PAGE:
Saturday, February 8, 2014

Zeno's paradoxes of motion

To: Max W.
From: Geoffrey Klempner
Subject: Zeno's paradoxes of motion
Date: 30th September 2011 14:17

Dear Max,

Thank you for your email of 23 September, with your essay for the University of London Plato and the Presocratics module, in response to the question, 'What do Zeno's paradoxes of motion demonstrate about the nature of motion?'

This is an excellent piece of work, well researched and well argued.

Coincidentally, earlier this week I posted a reply which I wrote in 2005 to Pat, another University of London student, on Electronic Philosopher http://electronicphilosopher.blogspot.com. In my letter, I quote from the Pathways Presocratics program, where I consider Aristotle's own response to the Stadium paradox, based on his distinction between 'actual' and 'potential' infinity. The idea seems to be that the infinity, or infinities, that we discover when we analyse motion are merely constructed by us, not 'actually there' in reality. Although I don't state this in the program unit, pursuing this line would take us to an intuitionist reconstruction of mathematics, and in particular the mathematics of motion.

That would be a remarkable conclusion. However, the challenge of Zeno's paradoxes, and the Stadium in particular, is to see how *little* we can give up, how few of our pre-reflective assumptions we have to throw overboard, in order to resolve the paradox. At the limit, if we don't have to give up anything, then that is equivalent to stating that the so-called paradoxes are merely fallacies, albeit instructive fallacies.

Interestingly, the question you are responding to is slightly different from Pat's question: 'What, if anything do Zeno's paradoxes tell us about motion?' Your question apparently makes a more substantial claim. There is something that Zeno's paradoxes 'tells us' about motion, and moreover, it is something that the paradoxes successfully demonstrate. But what is that? I don't want to make too much of this, but a point I've made before is that it's always a good strategy to consider the precise wording of the question!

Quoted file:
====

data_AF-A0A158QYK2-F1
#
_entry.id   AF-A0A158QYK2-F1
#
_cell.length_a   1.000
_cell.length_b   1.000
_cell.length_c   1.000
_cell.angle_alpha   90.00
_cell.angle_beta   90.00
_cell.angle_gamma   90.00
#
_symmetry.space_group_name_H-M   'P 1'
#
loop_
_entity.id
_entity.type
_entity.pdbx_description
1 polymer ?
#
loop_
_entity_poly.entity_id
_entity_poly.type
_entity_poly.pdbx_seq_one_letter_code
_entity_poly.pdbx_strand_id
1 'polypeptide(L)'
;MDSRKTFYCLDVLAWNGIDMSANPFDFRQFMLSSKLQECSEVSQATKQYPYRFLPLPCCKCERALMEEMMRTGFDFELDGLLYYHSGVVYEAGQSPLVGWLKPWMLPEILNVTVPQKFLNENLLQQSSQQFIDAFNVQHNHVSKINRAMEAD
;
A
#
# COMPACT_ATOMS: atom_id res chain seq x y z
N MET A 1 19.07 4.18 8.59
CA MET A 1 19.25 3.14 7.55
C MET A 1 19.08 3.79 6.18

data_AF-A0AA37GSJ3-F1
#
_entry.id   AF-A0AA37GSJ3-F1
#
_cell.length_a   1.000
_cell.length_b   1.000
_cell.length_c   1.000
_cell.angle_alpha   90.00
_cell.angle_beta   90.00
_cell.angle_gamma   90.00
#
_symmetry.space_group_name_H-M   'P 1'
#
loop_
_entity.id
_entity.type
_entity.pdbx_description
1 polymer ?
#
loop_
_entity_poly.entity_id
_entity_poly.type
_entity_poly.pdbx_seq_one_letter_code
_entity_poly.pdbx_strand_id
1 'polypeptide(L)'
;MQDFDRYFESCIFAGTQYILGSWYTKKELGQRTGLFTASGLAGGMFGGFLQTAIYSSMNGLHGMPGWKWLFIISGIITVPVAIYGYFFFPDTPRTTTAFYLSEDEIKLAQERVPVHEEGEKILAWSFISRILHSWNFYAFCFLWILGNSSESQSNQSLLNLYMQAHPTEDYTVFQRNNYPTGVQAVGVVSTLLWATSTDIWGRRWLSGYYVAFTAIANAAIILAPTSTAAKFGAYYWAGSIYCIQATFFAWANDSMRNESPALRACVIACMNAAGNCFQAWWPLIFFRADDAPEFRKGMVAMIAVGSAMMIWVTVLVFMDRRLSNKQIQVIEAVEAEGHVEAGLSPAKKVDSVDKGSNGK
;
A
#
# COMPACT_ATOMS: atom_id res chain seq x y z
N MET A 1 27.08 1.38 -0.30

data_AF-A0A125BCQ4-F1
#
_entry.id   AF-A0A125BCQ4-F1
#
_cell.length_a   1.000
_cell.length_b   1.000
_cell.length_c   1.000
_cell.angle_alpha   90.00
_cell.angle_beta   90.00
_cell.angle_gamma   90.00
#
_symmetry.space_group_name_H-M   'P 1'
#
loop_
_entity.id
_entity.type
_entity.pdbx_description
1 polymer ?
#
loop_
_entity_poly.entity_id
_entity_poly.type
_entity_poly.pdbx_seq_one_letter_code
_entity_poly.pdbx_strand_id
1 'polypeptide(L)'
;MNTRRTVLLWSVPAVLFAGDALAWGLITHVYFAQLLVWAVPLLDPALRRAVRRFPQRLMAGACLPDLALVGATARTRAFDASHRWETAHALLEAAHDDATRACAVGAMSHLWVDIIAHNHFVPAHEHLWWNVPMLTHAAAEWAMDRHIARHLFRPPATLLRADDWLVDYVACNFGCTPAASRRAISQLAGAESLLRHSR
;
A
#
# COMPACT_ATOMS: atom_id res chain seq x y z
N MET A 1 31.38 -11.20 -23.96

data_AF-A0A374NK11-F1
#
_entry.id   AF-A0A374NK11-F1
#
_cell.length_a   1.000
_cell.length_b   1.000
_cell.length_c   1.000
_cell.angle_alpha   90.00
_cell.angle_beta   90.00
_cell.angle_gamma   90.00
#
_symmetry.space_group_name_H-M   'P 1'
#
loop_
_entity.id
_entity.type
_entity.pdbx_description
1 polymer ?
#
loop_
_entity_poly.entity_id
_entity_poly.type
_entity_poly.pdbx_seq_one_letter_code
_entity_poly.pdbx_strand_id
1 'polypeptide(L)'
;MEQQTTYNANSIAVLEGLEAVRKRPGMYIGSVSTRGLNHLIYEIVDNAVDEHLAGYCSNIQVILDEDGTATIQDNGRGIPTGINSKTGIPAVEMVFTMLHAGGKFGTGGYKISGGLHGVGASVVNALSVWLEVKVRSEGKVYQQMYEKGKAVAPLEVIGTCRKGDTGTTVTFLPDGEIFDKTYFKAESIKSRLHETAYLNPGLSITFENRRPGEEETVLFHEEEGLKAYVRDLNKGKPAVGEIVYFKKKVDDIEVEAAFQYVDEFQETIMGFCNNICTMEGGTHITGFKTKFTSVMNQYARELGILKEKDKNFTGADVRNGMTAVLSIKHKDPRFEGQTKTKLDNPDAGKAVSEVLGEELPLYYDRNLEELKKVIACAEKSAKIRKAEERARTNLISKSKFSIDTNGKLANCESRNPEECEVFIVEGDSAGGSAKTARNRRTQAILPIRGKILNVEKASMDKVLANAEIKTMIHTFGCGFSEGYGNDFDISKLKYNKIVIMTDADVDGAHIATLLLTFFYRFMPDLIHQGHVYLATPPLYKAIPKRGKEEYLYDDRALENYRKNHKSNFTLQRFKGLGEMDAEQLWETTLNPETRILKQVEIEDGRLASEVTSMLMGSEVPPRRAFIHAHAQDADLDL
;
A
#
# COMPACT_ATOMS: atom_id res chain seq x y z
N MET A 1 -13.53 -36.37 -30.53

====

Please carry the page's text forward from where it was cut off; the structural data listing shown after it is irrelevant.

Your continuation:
At one point in your essay you refer to early Greek atomism. There is a problem, however, in that we have no direct evidence that the atomists made any claims about the nature of space or time as such. The atoms are exemplars of Parmenidean Being, separated by non-Being. We know that there exist (by the 'ou mallon' or 'no more reason' principle) atoms of every possible shape, and, moreover, size (which would imply the existence of atoms the size of planets!). However, there is nothing to stop us identifying different spatial positions on an atom (say, a apple-sized atom). In other words, space and time remain continuous. (There is an analogy here to a point you repeat from Grunbaum, that quantum mechanics does not imply that space and time as such are 'quantized'.)

I think we have to be a bit creative here and consider the possibility that in the paradoxes of motion Zeno was responding to an idea which we don't find explicitly in the available fragments, to the effect that space and time themselves are parceled up into discrete units.

This would make sense of the Stadium paradox. Imagine that there is a smallest distance d and a smallest time t. Then it would be logically impossible for a body B to travel 2d in time t. Proof: Assume the opposite. It follows that the body B travels distance d in time t/2. But there is no such interval as t/2. Contradiction.

So far, so good. But now consider body B and body B' travelling in opposite directions at the logically maximum speed d per t, then B and B' approach one another at speed 2d per t. Contradiction. Could this have been Zeno's point? However, the argument can be resisted by a defender of spatio-temporal atomism. All one has to say is that the logical speed limit of d per t applies to absolute motion, not relative motion.

Interestingly, the spatio-temporal atomist has a defence against the analogous argument that there could be no slower speed than d per t, which would in effect mean that only one speed was possible, in obvious contradiction to our experience. (I.e. just as there is no interval t/2, so there can be no distance d/2.) This would be to say that when a body moves at an apparently 'slower' speed, it's movement is in fact a series of stops and starts, each movement taking place at exactly d per t.

If we look at Zeno's paradoxes relating to the composition of a body out of parts, there is indeed an explicit dichotomy, where we are invited to consider both possibilities, either that there are smallest parts or that there are no smallest parts. It is tempting to apply this to the paradoxes of motion, even though no explicit mention is made of the two alternative possibilities. Zeno saw, or rather thought he saw, a fatal flaw in both hypotheses, the hypothesis of discreteness and the hypothesis of continuity.

As the subsequent developments in mathematics show, Zeno was wrong about continuity. Say, if you like, that he 'demonstrates' the possibility of infinitesimals, and the finite sum of an infinite series, this clearly wasn't the intention. The intention (as stated by Plato at the beginning of his dialogue Parmenides, surely a reliable authority) was to show that any attempt to describe a changeable, plural universe leads to insoluble paradoxes.

All the best,

Geoffrey